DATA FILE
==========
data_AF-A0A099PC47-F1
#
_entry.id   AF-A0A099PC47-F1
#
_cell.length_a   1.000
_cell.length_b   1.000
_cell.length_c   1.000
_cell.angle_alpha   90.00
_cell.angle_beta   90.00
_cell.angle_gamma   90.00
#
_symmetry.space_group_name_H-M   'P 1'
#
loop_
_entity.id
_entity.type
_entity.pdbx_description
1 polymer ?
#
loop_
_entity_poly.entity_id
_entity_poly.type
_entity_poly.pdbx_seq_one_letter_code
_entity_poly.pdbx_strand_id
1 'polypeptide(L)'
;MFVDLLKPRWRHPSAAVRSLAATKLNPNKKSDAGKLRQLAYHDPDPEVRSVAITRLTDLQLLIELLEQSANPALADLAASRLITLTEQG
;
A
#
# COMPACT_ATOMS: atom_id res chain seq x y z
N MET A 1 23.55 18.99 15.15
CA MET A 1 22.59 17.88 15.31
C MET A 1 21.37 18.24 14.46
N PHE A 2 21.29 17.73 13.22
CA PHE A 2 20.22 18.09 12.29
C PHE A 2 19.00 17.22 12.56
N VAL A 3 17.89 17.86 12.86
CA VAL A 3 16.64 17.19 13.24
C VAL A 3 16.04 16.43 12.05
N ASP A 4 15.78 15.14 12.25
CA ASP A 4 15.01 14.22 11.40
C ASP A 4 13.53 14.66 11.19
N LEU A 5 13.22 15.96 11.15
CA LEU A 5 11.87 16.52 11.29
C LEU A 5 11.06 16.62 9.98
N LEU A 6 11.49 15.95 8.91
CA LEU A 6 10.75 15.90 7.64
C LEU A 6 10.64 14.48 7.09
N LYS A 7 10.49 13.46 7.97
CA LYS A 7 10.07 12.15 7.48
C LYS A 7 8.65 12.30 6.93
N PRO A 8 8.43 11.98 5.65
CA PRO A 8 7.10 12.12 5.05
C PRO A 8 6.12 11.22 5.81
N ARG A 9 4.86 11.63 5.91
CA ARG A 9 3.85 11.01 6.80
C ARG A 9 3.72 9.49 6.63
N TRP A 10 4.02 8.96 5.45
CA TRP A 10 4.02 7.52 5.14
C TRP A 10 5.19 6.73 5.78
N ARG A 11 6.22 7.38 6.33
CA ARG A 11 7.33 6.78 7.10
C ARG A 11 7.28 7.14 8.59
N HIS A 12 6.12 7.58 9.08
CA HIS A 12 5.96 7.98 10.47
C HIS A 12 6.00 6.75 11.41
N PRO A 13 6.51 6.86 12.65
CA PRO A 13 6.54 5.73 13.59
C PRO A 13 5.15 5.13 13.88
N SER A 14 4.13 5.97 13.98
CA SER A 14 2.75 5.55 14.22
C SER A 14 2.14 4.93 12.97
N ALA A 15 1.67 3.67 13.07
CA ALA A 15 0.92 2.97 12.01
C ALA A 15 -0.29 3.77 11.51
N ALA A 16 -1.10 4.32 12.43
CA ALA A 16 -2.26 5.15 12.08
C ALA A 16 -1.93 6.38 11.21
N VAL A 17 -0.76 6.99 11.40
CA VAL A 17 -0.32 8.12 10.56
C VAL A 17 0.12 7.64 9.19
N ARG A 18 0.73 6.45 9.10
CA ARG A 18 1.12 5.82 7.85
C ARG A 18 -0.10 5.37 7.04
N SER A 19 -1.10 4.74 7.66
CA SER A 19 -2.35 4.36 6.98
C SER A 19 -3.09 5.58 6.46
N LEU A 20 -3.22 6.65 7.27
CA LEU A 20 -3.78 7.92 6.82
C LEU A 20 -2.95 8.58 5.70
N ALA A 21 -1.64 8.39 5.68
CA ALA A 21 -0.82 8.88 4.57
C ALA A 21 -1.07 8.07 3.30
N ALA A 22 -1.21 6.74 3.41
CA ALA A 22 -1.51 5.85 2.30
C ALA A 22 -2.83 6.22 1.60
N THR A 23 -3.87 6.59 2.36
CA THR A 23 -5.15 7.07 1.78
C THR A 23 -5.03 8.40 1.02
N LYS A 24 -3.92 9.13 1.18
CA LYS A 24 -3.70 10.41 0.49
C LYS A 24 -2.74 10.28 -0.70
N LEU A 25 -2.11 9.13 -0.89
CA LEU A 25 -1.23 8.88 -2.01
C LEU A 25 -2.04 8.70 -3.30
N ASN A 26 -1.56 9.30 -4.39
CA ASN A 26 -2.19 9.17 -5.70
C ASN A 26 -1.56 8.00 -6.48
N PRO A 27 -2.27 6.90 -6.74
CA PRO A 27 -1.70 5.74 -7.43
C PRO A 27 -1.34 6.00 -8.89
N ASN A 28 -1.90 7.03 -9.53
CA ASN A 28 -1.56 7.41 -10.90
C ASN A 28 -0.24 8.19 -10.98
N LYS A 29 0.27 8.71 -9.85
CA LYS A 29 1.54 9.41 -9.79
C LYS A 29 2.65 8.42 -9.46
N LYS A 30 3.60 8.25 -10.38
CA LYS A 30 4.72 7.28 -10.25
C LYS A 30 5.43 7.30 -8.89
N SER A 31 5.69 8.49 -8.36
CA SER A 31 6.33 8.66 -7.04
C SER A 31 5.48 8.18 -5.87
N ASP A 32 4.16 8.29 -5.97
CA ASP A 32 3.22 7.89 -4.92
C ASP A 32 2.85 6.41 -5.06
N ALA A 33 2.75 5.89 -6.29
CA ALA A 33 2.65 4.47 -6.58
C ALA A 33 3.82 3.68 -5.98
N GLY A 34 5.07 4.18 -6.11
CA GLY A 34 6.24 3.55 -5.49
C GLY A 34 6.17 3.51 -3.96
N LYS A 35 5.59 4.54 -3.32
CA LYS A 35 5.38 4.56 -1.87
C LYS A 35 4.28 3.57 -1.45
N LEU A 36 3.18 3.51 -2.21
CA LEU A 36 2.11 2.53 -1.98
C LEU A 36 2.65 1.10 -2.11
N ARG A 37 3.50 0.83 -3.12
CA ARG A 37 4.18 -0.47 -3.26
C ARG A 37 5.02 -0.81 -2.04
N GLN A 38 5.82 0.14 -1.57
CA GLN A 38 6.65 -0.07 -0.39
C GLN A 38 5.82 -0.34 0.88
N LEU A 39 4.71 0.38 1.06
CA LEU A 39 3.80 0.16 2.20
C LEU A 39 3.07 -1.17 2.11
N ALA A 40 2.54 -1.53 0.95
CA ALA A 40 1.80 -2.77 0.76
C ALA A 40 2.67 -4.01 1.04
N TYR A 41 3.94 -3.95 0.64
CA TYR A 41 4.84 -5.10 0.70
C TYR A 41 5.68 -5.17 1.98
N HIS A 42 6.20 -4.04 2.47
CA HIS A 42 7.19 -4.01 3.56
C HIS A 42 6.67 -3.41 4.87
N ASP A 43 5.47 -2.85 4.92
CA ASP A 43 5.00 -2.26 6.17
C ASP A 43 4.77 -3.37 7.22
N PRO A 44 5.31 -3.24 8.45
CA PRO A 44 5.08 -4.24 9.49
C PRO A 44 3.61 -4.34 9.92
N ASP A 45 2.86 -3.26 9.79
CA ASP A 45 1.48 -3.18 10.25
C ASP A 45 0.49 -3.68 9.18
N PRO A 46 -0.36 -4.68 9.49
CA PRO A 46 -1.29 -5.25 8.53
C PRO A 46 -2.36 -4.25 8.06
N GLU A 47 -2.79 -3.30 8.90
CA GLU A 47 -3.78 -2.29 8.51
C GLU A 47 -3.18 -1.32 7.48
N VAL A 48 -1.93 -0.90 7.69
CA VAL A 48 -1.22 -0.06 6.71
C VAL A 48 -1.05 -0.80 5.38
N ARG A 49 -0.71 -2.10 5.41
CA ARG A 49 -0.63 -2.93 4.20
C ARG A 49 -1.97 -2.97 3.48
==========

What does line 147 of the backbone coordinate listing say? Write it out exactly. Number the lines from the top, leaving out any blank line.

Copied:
C LEU A 39 3.07 -1.17 2.11